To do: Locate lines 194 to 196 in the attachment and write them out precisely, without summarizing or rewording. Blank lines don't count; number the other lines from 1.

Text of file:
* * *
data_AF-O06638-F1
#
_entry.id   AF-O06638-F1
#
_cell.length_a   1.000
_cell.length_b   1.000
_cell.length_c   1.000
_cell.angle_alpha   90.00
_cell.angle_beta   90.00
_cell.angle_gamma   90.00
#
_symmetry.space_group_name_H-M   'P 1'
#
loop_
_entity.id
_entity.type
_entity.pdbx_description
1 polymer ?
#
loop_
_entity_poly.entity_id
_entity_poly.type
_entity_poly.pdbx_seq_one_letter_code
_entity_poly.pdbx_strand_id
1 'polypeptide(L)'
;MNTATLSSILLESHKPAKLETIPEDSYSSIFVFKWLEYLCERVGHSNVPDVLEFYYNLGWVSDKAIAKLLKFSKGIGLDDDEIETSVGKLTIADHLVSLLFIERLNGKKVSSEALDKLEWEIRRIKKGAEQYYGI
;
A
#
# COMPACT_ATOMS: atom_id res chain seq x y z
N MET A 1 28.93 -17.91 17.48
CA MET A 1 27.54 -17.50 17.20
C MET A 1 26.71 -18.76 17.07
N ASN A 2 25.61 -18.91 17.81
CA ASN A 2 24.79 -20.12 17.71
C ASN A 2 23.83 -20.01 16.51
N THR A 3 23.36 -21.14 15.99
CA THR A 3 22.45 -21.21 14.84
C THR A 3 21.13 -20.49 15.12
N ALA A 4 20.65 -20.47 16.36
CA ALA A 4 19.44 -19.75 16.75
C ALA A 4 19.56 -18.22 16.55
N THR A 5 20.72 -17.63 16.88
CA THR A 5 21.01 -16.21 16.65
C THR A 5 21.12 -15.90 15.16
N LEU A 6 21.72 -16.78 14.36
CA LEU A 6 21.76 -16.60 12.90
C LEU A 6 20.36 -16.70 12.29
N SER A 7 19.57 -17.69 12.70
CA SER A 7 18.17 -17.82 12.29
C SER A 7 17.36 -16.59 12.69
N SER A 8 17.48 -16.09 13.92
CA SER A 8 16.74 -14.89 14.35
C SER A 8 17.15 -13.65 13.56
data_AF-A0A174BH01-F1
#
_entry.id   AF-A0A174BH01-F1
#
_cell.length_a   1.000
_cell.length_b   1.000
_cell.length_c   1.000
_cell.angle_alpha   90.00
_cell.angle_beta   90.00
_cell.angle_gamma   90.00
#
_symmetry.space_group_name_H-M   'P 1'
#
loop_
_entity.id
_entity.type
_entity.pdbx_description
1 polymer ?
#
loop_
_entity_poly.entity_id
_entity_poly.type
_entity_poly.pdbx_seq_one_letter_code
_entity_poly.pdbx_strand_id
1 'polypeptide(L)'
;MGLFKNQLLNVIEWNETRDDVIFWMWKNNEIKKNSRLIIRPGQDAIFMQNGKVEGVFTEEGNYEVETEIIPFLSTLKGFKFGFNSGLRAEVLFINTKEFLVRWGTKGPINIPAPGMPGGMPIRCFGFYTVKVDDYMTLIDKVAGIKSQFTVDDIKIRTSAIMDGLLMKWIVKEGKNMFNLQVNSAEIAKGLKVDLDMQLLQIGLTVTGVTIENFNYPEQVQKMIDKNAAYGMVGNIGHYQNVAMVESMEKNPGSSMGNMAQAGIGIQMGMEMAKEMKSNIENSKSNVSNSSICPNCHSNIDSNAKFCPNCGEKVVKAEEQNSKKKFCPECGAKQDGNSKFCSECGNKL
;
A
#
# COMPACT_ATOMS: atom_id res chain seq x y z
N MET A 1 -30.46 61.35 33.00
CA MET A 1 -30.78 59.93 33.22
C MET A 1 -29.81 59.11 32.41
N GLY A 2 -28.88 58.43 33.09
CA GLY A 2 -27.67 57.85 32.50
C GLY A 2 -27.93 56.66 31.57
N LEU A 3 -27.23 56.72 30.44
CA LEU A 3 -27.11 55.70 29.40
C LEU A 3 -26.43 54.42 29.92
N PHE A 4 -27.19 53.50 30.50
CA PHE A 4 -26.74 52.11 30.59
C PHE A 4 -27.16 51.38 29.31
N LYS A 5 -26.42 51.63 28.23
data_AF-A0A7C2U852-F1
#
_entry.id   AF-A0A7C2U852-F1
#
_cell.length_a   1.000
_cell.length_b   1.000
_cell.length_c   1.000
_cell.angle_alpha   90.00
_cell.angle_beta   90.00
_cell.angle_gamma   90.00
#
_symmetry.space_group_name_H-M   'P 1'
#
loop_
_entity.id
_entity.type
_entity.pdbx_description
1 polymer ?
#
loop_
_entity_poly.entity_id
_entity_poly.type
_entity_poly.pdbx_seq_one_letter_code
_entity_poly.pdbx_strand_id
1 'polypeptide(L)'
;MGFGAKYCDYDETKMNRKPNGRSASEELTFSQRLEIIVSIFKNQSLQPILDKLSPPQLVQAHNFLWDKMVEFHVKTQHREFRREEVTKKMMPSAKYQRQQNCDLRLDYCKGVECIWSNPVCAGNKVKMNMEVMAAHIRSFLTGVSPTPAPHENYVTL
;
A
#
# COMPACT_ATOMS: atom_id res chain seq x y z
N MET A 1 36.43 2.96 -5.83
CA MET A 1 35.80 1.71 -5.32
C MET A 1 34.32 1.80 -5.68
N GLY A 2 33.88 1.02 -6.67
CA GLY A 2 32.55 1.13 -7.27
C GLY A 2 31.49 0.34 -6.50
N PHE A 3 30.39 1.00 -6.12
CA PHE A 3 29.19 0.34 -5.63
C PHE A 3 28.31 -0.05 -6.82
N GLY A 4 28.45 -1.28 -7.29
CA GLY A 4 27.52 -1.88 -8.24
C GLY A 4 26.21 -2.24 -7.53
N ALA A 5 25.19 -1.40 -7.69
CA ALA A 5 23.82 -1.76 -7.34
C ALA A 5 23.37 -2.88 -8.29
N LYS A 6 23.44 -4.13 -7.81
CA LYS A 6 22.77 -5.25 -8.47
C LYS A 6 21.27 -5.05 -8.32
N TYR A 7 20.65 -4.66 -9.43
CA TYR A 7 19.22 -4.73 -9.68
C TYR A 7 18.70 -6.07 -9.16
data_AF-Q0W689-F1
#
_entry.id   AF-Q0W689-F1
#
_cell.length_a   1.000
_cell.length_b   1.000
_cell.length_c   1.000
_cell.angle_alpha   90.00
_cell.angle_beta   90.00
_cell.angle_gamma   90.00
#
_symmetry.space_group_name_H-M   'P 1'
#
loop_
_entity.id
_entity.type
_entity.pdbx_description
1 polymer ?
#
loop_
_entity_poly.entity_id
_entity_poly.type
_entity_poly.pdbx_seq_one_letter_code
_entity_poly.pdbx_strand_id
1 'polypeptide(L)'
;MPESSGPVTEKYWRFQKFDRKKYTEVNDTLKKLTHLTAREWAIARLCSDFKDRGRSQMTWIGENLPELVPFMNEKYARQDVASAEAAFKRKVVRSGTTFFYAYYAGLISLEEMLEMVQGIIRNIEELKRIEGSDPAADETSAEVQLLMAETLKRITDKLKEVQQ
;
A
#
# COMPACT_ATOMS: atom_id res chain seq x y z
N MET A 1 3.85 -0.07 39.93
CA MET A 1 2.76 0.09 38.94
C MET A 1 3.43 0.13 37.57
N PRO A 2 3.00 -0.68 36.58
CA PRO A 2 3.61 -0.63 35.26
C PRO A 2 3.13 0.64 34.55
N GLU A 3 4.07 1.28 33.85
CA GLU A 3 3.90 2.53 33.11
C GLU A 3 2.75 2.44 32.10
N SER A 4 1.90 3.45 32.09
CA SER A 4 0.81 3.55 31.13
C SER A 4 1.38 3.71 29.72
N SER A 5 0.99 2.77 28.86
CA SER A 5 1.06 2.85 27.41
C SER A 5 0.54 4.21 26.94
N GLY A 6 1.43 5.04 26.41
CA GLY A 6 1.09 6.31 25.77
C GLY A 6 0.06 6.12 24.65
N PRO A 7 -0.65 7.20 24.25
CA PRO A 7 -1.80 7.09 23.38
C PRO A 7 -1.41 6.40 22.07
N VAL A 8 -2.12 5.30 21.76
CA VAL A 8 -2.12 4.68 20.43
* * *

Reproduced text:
N GLY A 6 1.43 5.04 26.41
CA GLY A 6 1.09 6.31 25.77
C GLY A 6 0.06 6.12 24.65